Sterling is accused of giving Risen national security information under the condition of anonymity to be published in newspaper articles and Risen’s 2006 book “State of War: The Secret History of the CIA and the Bush Administration.”
Risen’s lawyer, Joel Kurtzberg, confirmed to The Associated Press that Risen will ask a judge to quash the subpoena.
Sterling, who worked at the CIA from 1993 to 2002, had conflicts with the agency, including the filing of a racial discrimination complaint. The indictment alleges these issues served as his motivation for leaking the information.
In its motion, the U.S. government argues that Risen is an eyewitness to the alleged crimes, and no federal law exists that exempts a reporter from his or her obligation to testy.
“The question here, therefore, is not whether the testimony is probative of factual issues that will be before the jury, but whether there exists a reporter’s privilege — either under the First Amendment or common law — that exempts this eyewitness from being called, like any other citizen, to provide relevant facts under oath to the jury . . . the answer is no,” the government lawyers said in the brief.
Indeed, although 40 states and the District of Columbia have shield laws that exempt journalists from having to reveal their confidential sources, there is no such statute at the federal level. However, some federal courts have interpreted the Supreme Court’s 1972Branzburg v. Hayes decision as providing a qualified privilege protecting reporters against compelled disclosure of anonymous sources, especially in civil cases.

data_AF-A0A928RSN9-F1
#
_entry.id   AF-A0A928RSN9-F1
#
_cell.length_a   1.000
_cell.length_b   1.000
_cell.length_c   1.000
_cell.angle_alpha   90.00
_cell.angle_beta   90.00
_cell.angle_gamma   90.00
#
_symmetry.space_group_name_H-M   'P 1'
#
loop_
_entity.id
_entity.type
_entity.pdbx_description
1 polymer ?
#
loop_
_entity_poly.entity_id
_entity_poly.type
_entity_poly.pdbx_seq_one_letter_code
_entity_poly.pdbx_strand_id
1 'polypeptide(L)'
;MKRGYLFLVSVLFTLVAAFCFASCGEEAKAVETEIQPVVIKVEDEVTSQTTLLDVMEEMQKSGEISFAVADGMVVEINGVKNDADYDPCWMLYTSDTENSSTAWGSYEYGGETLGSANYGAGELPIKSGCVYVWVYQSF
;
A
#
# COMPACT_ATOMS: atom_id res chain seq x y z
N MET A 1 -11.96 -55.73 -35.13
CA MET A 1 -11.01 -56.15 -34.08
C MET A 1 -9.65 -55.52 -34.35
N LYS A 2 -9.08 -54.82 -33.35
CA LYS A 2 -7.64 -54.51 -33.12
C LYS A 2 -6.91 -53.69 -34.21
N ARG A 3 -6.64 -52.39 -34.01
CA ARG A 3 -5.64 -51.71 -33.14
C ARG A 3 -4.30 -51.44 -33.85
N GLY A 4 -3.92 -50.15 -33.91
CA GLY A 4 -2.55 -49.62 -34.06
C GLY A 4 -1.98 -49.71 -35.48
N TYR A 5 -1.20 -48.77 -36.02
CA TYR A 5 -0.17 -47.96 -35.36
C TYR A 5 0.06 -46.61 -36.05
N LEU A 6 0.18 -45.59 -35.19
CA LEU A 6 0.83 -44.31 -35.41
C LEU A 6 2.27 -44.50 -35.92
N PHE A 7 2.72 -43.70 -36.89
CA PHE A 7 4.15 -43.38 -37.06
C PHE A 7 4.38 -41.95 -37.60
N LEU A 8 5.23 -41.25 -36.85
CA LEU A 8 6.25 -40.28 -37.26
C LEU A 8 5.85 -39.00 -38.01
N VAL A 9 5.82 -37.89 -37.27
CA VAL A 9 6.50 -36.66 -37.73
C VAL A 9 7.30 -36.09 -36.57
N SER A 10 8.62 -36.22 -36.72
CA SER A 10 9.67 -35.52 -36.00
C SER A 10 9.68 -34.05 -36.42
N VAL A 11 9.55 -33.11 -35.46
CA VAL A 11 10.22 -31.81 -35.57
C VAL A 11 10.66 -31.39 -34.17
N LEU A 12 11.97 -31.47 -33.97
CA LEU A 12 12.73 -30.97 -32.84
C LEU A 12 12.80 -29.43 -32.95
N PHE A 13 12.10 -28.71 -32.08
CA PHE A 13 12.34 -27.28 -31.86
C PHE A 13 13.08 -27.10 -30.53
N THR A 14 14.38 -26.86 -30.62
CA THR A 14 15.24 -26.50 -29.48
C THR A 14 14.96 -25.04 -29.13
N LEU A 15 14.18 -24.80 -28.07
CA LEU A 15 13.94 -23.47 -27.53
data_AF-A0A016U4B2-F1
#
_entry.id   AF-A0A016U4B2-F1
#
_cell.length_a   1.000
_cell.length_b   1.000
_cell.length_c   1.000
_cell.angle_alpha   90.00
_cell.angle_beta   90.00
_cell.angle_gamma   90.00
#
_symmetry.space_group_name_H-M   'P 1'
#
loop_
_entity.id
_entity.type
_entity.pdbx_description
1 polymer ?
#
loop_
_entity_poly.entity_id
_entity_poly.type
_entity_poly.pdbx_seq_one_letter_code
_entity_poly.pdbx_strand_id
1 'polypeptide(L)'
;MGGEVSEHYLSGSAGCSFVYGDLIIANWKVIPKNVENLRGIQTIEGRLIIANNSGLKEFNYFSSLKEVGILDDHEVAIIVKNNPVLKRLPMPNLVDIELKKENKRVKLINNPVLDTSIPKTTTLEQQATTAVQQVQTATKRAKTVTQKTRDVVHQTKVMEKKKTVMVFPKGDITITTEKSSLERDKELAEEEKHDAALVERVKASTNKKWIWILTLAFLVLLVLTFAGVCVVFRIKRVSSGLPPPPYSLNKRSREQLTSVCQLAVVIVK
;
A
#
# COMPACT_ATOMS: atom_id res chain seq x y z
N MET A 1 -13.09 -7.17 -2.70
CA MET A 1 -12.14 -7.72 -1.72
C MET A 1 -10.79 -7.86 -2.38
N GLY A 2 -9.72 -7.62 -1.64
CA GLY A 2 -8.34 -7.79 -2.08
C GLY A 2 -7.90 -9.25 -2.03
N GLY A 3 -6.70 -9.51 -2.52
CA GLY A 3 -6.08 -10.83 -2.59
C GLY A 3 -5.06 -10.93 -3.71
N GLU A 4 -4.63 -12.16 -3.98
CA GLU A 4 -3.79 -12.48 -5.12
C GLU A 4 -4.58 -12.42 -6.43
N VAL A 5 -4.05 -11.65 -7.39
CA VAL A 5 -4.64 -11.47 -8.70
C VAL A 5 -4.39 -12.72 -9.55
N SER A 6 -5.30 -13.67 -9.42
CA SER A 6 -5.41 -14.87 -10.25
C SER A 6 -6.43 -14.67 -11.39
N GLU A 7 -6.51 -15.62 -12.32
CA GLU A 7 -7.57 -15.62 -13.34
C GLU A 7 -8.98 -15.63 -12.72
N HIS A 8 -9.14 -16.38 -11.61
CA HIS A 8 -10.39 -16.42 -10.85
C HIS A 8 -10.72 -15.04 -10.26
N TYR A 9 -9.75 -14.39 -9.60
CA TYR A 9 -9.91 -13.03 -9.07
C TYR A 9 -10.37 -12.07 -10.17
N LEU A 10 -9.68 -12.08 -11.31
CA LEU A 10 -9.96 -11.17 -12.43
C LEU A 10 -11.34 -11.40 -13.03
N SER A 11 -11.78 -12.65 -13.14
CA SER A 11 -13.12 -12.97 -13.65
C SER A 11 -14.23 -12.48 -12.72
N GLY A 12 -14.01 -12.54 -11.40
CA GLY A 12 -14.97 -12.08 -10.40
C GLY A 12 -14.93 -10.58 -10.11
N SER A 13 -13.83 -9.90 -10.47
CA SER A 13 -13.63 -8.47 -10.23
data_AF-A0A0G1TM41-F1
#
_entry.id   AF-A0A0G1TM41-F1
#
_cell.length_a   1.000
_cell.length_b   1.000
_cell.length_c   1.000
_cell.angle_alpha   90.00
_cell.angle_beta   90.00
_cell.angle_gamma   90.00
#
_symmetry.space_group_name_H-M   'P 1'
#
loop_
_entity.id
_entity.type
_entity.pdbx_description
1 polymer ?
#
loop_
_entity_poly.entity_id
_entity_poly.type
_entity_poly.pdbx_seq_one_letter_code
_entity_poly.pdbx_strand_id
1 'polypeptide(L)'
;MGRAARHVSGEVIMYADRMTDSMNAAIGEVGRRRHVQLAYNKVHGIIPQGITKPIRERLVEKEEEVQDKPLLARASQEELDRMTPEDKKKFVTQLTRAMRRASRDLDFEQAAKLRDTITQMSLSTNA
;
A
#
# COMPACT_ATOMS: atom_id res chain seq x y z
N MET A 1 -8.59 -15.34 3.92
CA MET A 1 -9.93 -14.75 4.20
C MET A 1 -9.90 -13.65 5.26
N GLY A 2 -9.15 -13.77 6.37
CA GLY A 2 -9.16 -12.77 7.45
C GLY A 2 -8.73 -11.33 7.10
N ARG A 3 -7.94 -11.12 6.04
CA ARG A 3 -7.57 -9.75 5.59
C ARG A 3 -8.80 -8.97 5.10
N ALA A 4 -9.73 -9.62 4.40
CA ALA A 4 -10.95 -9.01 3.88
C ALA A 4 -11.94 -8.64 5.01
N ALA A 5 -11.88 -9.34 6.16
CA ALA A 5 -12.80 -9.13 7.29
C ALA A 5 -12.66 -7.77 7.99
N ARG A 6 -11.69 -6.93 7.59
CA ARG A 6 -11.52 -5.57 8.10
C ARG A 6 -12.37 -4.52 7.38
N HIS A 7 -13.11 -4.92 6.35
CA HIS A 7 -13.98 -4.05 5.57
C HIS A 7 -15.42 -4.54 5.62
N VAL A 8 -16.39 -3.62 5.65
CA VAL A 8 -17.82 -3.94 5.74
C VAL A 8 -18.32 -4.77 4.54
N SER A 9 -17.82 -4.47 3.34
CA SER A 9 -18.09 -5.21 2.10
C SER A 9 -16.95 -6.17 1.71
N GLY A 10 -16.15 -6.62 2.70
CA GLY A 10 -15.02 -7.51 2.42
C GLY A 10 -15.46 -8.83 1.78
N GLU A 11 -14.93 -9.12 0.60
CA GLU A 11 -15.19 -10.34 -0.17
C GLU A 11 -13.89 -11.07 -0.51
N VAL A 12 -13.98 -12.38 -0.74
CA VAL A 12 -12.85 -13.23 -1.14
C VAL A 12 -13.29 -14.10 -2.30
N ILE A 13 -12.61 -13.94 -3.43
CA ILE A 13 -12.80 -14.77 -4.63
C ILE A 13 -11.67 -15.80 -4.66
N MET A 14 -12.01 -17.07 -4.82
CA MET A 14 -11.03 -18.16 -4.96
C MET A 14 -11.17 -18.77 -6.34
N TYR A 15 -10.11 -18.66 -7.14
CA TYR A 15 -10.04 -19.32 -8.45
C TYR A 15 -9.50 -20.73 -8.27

According to the motion, the government is also seeking non-confidential information from Risen that would not require revealing his source’s identity, including establishing venue for certain counts, authenticating his book, and providing “necessary foundation to admit the defendant’s statements in the book.” However, many federal courts extend the First Amendment-based reporter’s privilege to unpublished, non-confidential information obtained while newsgathering.
Risen and other reporters have relied on the reporter’s privilege before to avoid giving up source names. He and four other reporters were held in contempt of court in 2004 for refusing to reveal confidential sources in a lawsuit against the government brought by former Los Alamos scientist Wen Ho Lee. In that case, a judge ordered a fine of $500 per day until they complied with the order. The five news organizations involved – The New York Times, ABC News, The Associated Press, the Los Angeles Times and The Washington Post — eventually agreed to pay an unprecedented $750,000 as its share of a settlement in exchange for getting the contempt charges dropped.